“The more you know about the past, the better prepared you are for the future.” – Theodore Roosevelt
At St John Vianney Catholic Primary School, History is taught on a repetitive cycle to be inclusive and to allow a depth of knowledge in key historical concepts. We aim to inspire our pupil’s curiosity to know more about the past history to investigate and interpret the past, build an overview of world history, understand chronology and communicate historically.
At St John Vianney’s history is held in a high regard. Our key aims in history are to ensure that our students experience a wide breadth of study and have, by the end of each key stage a depth of knowledge in key historical concepts.
We have adapted our history curriculum to distinguish between topic areas to focus on historical concepts and allow a breadth of high quality learning in areas that are ambitious and appropriate to each year group. Our topics are informed by the national curriculum and designed to cater for the needs of all children through inclusive practice.
For each of the threshold concepts, three milestones provide a progression model, each milestone includes the procedural and semantic knowledge that students need to understand the threshold concepts. We teach the concepts on a repetitive cycle, interleaving with the geography curriculum. This repetitive nature will allow the learning to enter the long-term memory and allow the children a greater depth and understand in their own learning.
We use the National Curriculum to shape the content and the high expectations of our curriculum. The Chris Quigley Essentials curriculum is used to help us structure this in each year group and look at progress within each phase. We have structured this so that each year group has:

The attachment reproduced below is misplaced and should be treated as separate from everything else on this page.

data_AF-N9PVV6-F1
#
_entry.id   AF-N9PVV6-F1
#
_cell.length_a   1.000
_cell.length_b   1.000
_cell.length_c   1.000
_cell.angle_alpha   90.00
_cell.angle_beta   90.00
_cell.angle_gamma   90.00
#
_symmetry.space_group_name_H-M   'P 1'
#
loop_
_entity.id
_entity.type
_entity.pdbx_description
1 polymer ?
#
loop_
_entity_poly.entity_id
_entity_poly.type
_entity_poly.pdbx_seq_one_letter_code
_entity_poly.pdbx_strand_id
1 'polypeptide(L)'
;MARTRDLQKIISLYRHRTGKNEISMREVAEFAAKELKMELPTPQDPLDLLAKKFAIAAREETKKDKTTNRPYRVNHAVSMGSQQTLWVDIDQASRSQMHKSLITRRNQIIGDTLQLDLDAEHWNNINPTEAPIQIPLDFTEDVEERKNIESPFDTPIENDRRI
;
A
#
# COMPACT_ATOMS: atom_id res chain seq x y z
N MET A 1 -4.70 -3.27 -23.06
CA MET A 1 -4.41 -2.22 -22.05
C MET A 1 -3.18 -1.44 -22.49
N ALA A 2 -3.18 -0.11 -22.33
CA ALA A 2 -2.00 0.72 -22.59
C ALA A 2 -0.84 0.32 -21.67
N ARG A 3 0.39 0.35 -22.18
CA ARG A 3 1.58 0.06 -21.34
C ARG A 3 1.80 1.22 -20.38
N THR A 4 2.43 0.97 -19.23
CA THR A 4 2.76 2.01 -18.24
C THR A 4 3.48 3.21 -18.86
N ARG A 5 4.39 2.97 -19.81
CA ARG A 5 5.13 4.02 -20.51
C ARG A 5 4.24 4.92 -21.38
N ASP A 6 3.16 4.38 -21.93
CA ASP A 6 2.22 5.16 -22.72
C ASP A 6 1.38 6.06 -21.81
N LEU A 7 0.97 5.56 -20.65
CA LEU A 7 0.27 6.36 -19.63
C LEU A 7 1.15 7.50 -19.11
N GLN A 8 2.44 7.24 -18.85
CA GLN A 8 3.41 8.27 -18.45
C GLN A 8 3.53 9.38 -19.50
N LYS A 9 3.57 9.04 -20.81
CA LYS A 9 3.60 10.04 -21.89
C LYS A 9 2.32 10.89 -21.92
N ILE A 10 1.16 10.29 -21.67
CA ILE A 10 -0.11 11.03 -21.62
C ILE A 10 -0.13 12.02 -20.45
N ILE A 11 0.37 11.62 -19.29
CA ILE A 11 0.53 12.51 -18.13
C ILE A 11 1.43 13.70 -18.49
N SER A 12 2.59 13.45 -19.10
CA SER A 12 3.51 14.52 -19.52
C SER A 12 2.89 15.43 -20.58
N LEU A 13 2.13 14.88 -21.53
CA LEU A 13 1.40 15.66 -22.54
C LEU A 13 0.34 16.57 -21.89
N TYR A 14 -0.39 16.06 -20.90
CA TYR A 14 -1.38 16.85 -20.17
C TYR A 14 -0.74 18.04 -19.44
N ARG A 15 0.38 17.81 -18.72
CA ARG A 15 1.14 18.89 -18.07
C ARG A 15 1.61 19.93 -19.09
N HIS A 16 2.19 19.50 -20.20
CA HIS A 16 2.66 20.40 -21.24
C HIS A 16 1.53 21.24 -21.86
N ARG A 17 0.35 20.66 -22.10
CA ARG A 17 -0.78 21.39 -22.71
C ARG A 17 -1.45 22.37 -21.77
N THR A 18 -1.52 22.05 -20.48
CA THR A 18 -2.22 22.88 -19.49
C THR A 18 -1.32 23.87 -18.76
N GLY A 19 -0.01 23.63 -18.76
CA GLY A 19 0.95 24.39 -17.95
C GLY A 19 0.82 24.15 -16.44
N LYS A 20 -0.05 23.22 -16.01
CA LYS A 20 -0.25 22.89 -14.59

a) A clear list of what must be covered.
b) The threshold concepts pupils should understand.
c) Criteria for progression within the threshold.
d) Criteria for the depth of understanding (Basic, Advancing and Deep)
Our curriculum design is based on evidence from cognitive science; three main principles underpin it:
- Learning is most effective with spaced repetition.
- Interleaving helps students to discriminate between topics and aids long-term retention.
- Retrieval of previously learned content is frequent and regular, which increases both storage and retrieval strength.
In addition to the three principles above, we also understand that learning is invisible in the short term and that sustained mastery takes time. However, the repetitive cycle of the key concepts will allow all children to advance their understanding of key concepts over a longer period of time. This allows access to history for all children and more opportunities to develop a greater depth knowledge in history.
Through pupil surveys, this new approach has already shown a positive impact on the children’s enjoyment of history. Each child is given a clear but repetitive cycle of humanities. All completed work is placed in a designated history book which is marked in accordance with the schools marking policy. To monitor children’s progress, staff regularly update the KLIPS statements which are in-line with the national curriculum. The repetitive nature of the teaching of the humanities, also allows staff to address any misconceptions and include extra support needed.